44. The 'Historia Norwegiae', a brief sketch of the introduction of Christianity into Norway by an anonymous writer of the end of the twelfth century, is dedicated to Agnellus. See Monum. Historica Norvegiae (ed. Gustav Storm, 1880), p. 72: 'Tu igitur, o Agnelle, iure didascalico mi praelate, utcunque alii ferant haec mea scripta legentes non rhetorico lepore polita, immo scrupulosis barbarismis implicita, gratanter ut decet amicum accipito.' It is held that the person here addressed is Thomas Agnellus archdeacon of Wells: cf. Eng. Hist. Rev., Apr. 1921, p. 304.
  45. Monasticon, iv. 400.
  46. Ath. 33.
  47. Br. 146.
  48. See Buckland Chartulary, p. xix: from the Red Book of the Exchequer, A.D. 1166.
  49. R. iii. 390 b.
  50. Richard was consecrated to Winchester 6 Oct. 1174. Alured was sheriff of Somerset Mich. 1170 to Mich. 1175.
  51. Monasticon, vi. 214. St Wulfric († 1154) was buried in the church of Haselbury by Bishop Robert. William 'canonicus de Haselb'y' attests the City Charter of Bishop Reginald (Church, Early History of Wells, pp. 362 ff.).
  52. R. i. 60 b.
  53. R. ii. 46.
  54. R. i. 61.
  55. R. i. 38 b, 25 b, and 60: also in Bp Reginald's confirmation of Brunfeld, i. 25 b.
  56. R. i. 60 b.
  57. Church, ut supra.
  58. Berkeley ch. no. 1 (Jeayes, p. 2) is attested by 'Henricus f. Roberti' [c. Jan. 1153]: no. 2 by 'Henricus thesaurarius' [c. Nov. 1153]. The chartulary of St Augustine's Bristol (fo. 17 f.: Hist. MSS Comm. 4th rep., app. p. 364) shows a grant by Henry, duke of Normandy and count of Anjou, of the advowson of the church of Berkeley to be held as Robert fitz Harding held it: he wills that Henry fitz Robert his treasurer may have the said church of the said canons, yielding therefrom to them a yearly 'canonem'.
  59. Jeayes, Berkeley Charters, p. 10, who notes 'Fifth son of Robert Fitzharding'. He attests in 1157 as dean of Mortain Henry IPs charter to Savigny (Delisle, Introd. to Charters of Hen. II): see Gesta Henrici II, pp. 44, 60. Also a charter of Henry II to Bishop Reginald at Winchester [1174-84]: Cal. of Ch. Rolls, 11 Nov. 1324, inspex.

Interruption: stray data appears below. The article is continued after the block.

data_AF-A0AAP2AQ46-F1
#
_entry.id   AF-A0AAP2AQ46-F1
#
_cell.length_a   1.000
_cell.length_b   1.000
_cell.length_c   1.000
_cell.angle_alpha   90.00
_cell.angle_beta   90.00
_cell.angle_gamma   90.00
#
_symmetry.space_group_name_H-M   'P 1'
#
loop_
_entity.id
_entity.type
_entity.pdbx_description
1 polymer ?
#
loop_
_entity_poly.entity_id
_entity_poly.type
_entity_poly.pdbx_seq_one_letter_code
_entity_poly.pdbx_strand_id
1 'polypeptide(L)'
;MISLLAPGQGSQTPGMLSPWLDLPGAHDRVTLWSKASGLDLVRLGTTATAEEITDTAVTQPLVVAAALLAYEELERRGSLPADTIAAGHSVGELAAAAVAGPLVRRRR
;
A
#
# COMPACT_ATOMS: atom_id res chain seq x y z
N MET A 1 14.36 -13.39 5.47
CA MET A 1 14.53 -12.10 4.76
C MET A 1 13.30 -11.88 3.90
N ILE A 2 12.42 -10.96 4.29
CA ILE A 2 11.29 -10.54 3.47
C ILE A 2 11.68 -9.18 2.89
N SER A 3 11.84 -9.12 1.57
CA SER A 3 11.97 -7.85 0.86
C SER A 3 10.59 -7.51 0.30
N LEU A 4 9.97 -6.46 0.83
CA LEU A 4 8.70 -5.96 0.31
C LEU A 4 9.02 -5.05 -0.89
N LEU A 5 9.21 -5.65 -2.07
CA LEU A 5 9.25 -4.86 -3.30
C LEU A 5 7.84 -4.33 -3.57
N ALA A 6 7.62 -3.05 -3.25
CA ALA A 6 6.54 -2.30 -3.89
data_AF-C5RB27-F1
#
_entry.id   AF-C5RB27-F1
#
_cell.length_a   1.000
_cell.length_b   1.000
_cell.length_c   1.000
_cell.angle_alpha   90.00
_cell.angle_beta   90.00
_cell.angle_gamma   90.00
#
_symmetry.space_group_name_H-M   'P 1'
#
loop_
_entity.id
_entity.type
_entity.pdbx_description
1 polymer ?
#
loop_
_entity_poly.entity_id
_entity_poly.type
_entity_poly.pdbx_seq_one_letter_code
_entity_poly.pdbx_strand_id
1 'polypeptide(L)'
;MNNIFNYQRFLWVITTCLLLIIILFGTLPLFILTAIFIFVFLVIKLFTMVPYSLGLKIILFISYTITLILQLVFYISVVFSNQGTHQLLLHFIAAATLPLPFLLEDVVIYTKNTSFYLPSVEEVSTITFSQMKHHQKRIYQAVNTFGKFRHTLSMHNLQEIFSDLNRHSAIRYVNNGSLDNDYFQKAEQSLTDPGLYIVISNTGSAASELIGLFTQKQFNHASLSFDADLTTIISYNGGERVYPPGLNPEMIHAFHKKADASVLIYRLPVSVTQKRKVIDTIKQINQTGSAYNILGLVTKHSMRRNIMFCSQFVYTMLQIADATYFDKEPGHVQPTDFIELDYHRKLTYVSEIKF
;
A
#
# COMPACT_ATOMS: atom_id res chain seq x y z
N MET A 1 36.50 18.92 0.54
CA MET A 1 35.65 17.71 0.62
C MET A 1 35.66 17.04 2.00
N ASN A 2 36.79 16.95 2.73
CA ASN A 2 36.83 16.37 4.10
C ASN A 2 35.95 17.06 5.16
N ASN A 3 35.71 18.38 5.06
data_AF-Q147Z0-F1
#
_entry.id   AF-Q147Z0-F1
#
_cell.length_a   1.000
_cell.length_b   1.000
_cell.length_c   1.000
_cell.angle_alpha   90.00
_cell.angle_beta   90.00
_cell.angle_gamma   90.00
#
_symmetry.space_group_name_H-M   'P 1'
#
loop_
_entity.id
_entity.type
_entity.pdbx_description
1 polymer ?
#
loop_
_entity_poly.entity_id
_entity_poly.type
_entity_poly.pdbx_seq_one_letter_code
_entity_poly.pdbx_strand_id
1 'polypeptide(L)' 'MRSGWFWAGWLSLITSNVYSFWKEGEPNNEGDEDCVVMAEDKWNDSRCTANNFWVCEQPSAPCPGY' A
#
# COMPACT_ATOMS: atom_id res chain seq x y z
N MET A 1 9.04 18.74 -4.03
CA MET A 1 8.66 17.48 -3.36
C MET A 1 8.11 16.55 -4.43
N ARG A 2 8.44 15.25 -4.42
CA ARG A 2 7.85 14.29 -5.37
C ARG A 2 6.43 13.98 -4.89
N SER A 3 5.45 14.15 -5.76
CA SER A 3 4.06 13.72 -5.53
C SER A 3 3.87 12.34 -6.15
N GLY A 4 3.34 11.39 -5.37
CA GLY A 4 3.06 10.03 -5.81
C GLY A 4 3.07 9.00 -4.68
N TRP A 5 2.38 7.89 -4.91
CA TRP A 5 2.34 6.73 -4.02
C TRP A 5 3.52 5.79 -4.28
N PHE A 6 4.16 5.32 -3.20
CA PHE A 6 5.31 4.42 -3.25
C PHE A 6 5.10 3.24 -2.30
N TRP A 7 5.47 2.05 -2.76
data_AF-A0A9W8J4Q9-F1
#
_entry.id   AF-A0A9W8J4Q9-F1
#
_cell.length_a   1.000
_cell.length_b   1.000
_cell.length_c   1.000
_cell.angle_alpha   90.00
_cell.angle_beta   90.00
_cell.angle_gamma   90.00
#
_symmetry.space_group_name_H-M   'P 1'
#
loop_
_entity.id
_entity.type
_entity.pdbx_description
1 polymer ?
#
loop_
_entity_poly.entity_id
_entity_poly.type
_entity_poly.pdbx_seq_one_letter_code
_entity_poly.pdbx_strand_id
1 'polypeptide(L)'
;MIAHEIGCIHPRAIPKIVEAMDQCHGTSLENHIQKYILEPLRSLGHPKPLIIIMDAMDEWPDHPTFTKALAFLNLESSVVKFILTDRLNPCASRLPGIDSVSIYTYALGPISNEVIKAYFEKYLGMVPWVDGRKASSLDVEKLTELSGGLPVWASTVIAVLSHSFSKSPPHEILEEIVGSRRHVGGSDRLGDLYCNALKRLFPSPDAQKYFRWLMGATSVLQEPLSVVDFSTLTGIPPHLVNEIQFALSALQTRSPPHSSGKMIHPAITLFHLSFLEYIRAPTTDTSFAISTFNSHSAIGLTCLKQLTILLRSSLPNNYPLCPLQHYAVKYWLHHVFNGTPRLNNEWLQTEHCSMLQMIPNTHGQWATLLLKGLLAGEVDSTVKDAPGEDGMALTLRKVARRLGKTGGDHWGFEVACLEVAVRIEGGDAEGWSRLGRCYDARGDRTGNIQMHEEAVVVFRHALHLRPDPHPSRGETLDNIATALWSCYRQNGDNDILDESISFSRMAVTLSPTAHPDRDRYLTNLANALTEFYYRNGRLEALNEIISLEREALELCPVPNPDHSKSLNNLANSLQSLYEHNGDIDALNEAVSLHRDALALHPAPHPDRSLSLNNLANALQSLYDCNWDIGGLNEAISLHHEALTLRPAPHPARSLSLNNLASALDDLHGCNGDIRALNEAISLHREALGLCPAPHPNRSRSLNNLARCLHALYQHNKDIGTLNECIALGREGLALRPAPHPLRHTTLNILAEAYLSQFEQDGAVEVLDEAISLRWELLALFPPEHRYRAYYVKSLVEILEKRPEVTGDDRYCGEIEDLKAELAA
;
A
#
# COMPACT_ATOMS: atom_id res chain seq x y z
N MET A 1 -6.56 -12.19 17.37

60. Monast. vi. 364, a charter of Robert fitz Harding enumerating apparently all his grants to St Augustine's Bristol: it includes Horefield, which was confirmed by the young king Henry [June-Dec. 1170]: see above, p. 82, n. 3. 'Henry archdeacon of Exeter' also attests a grant of Robert fitz Harding to her son Nicholas, before Domina Eva and Robert her son (Jeayes, p. 15).
  61. Eyton, Itinerary, p. 291. Le Neve gives 'Henry Fitzharding' as archdeacon of Exeter ' about the year 1148 ', but with no reference to his authority.
  62. Both in R. i. 48.
  63. Br. 106.
  64. Br. 264.
  65. Reg. Osm., i. 268.
  66. Gallia Christiana, xi, Instr. col. 245 (Round, Doc. in France, 911). The same four archdeacons attest a charter of Richard bishop of Coutances, 10 Mar. 1172 (Doc. in Fr. 1217). Cf. Doc. in Fr. 982, 1070.
  67. Richard de Bohun bishop of Coutances was brother to Jocelin de Bohun bishop of Salisbury, the father of Bishop Reginald. It is quite likely that Richard archdeacon of Coutances was also a Bohun, and perhaps a near relative of Bishop Reginald: see the next note.
  68. R. i. 47 (Aulescomb for a prebend). Here ' Richard Const' archdeacon ' is followed by 'Roger his brother'. Probably this is the Roger de Bohun who attests R. i. 45 (church of Estun), 1190-1, and whose expenses are paid at the time of Bishop Jocelin's election (Close Rolls, 7 John, p. 63, 20 Jan. 1206: cf. ibid., p. 59). He is to be distinguished from Master Roger, nephew of Dean Alexander (Ad. of Dom. ii. 368 [Feb. 1197]; Close Rolls, p. 59), who is almost certainly Master Roger de Sandford, a canon of Wells.
  69. Buckl. 12: the bishop is said to be Savary, which must be an error.
  70. Bath, ii. 756.
  71. Br. 240.
  72. See pp. 75, 89.
  73. Buckl. 11, where, as we have noted above (p. 82), the scribe has inverted the titles of Bath and Wells.
  74. R. i. 35 b.
  75. Buckl. 181.
  76. He reappears under Bishop Savary (who was also a Bohun) in a Martock charter (before 1200), and in Cleeve charters [1192-7]: Round, Doc. in Fr. 709, 386, 388.
  77. In Wells ch. 11 Master Ralph de Lechlade attests with Alexander subdean, before Mich. 1188. A little later (perhaps) Master Robert de Geldeford archdeacon attests with Alexander subdean (R. i. 35 b).
  78. Also in a Martock charter of Bp Reginald [1190–1], 'magistro Roberto de Belleford archidiacono Bathonfiensi],' Doc. in Fr. 764.
  79. 'de Ultrapret', as it is printed. Cf. above, p. 75.
  80. Ep. 29.
  81. See below, pp. 100 ff.
  82. Ep. 58.